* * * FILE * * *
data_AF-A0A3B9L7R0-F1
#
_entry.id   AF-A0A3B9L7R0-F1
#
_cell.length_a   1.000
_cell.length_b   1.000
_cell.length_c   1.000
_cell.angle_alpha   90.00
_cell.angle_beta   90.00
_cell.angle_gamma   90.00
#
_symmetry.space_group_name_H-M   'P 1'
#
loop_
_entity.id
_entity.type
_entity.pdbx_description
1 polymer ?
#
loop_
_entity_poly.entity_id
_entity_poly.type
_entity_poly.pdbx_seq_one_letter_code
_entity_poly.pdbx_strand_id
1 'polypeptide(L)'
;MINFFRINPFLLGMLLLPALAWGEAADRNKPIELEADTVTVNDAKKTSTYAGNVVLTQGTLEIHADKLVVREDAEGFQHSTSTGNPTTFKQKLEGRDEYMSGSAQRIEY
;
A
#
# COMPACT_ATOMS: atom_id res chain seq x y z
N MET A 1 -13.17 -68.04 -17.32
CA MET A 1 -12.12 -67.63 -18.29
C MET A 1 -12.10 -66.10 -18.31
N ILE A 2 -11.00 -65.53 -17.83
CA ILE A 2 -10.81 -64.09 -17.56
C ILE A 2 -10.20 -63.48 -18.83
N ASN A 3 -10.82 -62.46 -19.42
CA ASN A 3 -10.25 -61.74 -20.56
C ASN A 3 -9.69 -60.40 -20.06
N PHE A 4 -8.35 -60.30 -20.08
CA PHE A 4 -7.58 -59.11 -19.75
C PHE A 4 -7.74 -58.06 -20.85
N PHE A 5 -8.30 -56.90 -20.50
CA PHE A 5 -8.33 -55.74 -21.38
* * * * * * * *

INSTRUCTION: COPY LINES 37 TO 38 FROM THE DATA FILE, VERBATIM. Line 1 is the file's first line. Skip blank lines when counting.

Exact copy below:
N ASN A 3 -10.82 -62.46 -19.42
CA ASN A 3 -10.25 -61.74 -20.56